Howard Alan Newman MBA

Howard Alan Newman MBA

Working at the Intersection of Litigation, Business, and Intellectual Property
  • Appeals & Appellate, Business Law, Intellectual Property...
  • District of Columbia, Florida, Maryland, Oregon, United States Patent and Trademark Office
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Claimed Lawyer ProfileQ&A
Summary

Mr. Newman's clientele have included law firms, individuals, and small and medium sized entities in various locations in the United States and around the world, including a niche Brasilian practice. In addition to Mr. Newman's legal experience as a registered patent attorney and working as a litigation and a transactional attorney, he has worked as a CEO of a start-up company, as an associate in an incubator, and he has performed financial valuations of intellectual property both as a function of litigation and arms-length transactions.

Practice Areas
  • Appeals & Appellate
  • Business Law
  • Intellectual Property
  • Patents
  • Arbitration & Mediation
Additional Practice Areas
  • Niche Brasilian Practice--please inquire for scope
  • Litigation
  • Business Formation, Organization, & Restructuring
  • Civil Defense
  • Commercial Litigation
  • Contract Drafting and Construction
  • Corporate Governance
  • Market / Financial Evaluations
  • Mergers & Acquisitions
  • Negotiations
  • Trademark and Copyright Prosecution
Fees
  • Free Consultation
    We provide a thirty (30) minute consultation to any potential client (including both individuals and entities).
Jurisdictions Admitted to Practice
District of Columbia
Florida
Maryland
Oregon
United States Patent and Trademark Office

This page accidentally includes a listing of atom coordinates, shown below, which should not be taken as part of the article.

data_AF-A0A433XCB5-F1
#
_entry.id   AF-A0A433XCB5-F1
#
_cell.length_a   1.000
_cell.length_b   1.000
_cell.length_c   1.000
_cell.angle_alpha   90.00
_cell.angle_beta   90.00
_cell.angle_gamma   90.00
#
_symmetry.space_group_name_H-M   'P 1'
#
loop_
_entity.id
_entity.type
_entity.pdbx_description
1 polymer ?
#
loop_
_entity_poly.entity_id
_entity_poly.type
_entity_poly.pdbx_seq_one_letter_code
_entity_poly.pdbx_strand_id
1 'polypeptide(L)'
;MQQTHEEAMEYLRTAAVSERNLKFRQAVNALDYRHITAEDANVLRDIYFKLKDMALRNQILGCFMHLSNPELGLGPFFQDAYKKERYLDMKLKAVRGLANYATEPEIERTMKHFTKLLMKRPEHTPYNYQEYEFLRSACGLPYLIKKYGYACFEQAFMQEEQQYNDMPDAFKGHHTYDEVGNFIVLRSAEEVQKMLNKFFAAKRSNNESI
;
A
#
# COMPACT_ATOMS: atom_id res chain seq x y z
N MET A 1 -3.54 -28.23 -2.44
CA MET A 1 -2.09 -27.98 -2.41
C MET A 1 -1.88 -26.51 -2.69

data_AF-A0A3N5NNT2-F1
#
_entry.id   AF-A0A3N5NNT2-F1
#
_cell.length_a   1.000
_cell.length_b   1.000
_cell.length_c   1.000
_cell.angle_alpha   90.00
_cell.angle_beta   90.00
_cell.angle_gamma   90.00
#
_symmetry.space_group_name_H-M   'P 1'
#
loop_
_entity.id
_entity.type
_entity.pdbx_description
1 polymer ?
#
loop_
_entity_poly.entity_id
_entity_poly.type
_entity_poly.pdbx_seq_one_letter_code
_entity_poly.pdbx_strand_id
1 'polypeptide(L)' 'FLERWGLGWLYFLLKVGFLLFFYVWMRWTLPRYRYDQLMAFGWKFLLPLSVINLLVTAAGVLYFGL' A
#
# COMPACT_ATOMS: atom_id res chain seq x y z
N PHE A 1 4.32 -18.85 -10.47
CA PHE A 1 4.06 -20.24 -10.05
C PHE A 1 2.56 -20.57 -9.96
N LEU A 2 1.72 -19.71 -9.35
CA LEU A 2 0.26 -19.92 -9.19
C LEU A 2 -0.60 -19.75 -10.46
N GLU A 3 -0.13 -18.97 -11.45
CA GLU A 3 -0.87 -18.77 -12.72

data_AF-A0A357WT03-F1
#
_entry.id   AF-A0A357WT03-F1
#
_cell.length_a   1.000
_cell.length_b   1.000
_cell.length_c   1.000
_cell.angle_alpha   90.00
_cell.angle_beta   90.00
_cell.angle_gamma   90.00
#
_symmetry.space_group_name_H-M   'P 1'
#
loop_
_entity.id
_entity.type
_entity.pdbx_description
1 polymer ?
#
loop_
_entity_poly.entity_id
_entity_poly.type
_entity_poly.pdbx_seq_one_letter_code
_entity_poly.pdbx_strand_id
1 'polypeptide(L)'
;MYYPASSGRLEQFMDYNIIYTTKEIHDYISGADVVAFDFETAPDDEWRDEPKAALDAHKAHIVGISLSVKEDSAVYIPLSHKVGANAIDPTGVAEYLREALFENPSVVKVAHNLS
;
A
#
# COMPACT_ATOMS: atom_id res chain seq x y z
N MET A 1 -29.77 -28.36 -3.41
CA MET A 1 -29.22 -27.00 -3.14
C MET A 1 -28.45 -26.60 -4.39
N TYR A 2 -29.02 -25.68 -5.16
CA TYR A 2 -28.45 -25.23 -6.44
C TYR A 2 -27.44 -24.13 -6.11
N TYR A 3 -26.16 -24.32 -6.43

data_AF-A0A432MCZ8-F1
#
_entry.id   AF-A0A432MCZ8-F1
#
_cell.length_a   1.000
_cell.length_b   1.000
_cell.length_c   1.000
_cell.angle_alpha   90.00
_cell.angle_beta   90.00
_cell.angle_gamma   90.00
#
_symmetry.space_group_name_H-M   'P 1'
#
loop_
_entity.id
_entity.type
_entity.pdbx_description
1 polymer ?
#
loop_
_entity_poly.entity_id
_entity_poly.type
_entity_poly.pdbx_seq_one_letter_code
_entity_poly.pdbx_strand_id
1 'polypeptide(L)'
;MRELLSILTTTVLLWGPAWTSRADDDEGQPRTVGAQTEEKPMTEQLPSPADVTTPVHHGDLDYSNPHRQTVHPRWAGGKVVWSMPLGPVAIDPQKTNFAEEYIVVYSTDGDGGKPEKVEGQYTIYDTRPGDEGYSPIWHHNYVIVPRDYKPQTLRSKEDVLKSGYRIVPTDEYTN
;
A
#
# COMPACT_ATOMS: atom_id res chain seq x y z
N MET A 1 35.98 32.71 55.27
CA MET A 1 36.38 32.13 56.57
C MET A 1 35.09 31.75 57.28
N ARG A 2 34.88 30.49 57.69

4th Circuit
11th Circuit
Federal Circuit
U.S. Supreme Court
Languages
  • English: Spoken, Written
  • Portuguese: Spoken, Written
Education
University of Florida
B.A. / History (1994)
Honors: Honors Program
University of Florida
Minor / Chemistry (1994)
University of Florida
MBA / Entrepreneurship and Finance
University of Florida
J.D. / Intellectual Property and Litigation
Professional Associations
Christopher Paul Mitchell
Of Counsel
Current
US District Court for Florida--Northern District
Current
US District Court for Florida--Southern District
Current
US District Court for Maryland
Current
US District Court for the District of Columbia
Current
US District Court for Michigan--Western District
Current
Bar Association of Montgomery County (BAMC)
Co-Chair Intellectual Property & Technology Law Section
Current
Bar Association of the District of Columbia
Patent Trademark Committee
Current
Hauswiesner Law Group PLC
Of Counsel
Current
Greenberg & Lieberman, LLC
Of Counsel
Current
Maryland State Bar
Member
- Current
Certifications
Registered Patent Attorney
USPTO
Websites & Blogs
Website
Website
Legal Answers
6 Questions Answered

Q. Can I get sued for using generic terms?
A: I have taken the liberty to modify your question, which now reads: Can I successfully defend myself from being sued from using allegedly generic terms? First, anyone can sue any other person or entity. It's the nature of having free access to the courts. Second, the cardinal rule in intellectual property is that if there is money to be made, there will be litigation, or the threat thereof. Thus, understanding that one may readily be sued, it was important to modify the question. Generic terms, by themselves, do not signal or identify the maker of goods or the provider of services. If you, individually, are using terms that are (or have become) generic, then you should not expect to have liability for such use; this assumes that the terms are indeed generic. As a coda, intellectual property should almost always be owned by an entity. As can be seen above, you would be well served by seeking counsel to help guide you in the process. There are many things to consider that a non-lawyer simply does not contemplate.